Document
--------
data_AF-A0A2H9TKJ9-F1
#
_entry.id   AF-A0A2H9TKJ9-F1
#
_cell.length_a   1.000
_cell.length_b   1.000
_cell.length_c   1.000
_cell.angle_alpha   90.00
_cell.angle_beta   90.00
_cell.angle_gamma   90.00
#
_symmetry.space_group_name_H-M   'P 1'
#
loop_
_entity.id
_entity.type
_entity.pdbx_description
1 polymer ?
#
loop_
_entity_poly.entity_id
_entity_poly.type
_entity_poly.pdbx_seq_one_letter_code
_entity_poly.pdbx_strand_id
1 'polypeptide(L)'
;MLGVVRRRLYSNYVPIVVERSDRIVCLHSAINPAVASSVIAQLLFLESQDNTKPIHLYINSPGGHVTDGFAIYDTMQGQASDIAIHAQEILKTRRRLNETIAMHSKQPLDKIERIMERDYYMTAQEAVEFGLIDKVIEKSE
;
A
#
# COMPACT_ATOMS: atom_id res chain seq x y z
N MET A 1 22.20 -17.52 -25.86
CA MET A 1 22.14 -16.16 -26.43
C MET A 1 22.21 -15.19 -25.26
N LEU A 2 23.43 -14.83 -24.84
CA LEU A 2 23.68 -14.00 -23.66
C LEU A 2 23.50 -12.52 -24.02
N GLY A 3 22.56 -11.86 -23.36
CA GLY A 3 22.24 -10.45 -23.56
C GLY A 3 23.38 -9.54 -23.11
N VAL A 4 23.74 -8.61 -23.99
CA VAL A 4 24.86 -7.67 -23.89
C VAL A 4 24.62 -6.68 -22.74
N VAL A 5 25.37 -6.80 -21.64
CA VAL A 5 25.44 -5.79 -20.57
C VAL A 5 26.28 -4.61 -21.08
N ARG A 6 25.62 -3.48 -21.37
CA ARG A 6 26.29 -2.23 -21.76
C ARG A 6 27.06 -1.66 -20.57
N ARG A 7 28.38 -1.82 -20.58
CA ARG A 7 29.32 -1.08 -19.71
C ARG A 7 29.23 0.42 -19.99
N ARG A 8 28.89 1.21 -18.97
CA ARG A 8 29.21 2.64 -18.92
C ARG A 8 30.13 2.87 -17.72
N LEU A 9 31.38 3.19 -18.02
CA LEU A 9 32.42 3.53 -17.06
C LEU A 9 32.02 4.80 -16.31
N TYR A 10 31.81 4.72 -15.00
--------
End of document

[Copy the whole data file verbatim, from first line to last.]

data_AF-A0A2H9TKJ9-F1
#
_entry.id   AF-A0A2H9TKJ9-F1
#
_cell.length_a   1.000
_cell.length_b   1.000
_cell.length_c   1.000
_cell.angle_alpha   90.00
_cell.angle_beta   90.00
_cell.angle_gamma   90.00
#
_symmetry.space_group_name_H-M   'P 1'
#
loop_
_entity.id
_entity.type
_entity.pdbx_description
1 polymer ?
#
loop_
_entity_poly.entity_id
_entity_poly.type
_entity_poly.pdbx_seq_one_letter_code
_entity_poly.pdbx_strand_id
1 'polypeptide(L)'
;MLGVVRRRLYSNYVPIVVERSDRIVCLHSAINPAVASSVIAQLLFLESQDNTKPIHLYINSPGGHVTDGFAIYDTMQGQASDIAIHAQEILKTRRRLNETIAMHSKQPLDKIERIMERDYYMTAQEAVEFGLIDKVIEKSE
;
A
#
# COMPACT_ATOMS: atom_id res chain seq x y z
N MET A 1 22.20 -17.52 -25.86
CA MET A 1 22.14 -16.16 -26.43
C MET A 1 22.21 -15.19 -25.26
N LEU A 2 23.43 -14.83 -24.84
CA LEU A 2 23.68 -14.00 -23.66
C LEU A 2 23.50 -12.52 -24.02
N GLY A 3 22.56 -11.86 -23.36
CA GLY A 3 22.24 -10.45 -23.56
C GLY A 3 23.38 -9.54 -23.11
N VAL A 4 23.74 -8.61 -23.99
CA VAL A 4 24.86 -7.67 -23.89
C VAL A 4 24.62 -6.68 -22.74
N VAL A 5 25.37 -6.80 -21.64
CA VAL A 5 25.44 -5.79 -20.57
C VAL A 5 26.28 -4.61 -21.08
N ARG A 6 25.62 -3.48 -21.37
CA ARG A 6 26.29 -2.23 -21.76
C ARG A 6 27.06 -1.66 -20.57
N ARG A 7 28.38 -1.82 -20.58
CA ARG A 7 29.32 -1.08 -19.71
C ARG A 7 29.23 0.42 -19.99
N ARG A 8 28.89 1.21 -18.97
CA ARG A 8 29.21 2.64 -18.92
C ARG A 8 30.13 2.87 -17.72
N LEU A 9 31.38 3.19 -18.02
CA LEU A 9 32.42 3.53 -17.06
C LEU A 9 32.02 4.80 -16.31
N TYR A 10 31.81 4.72 -15.00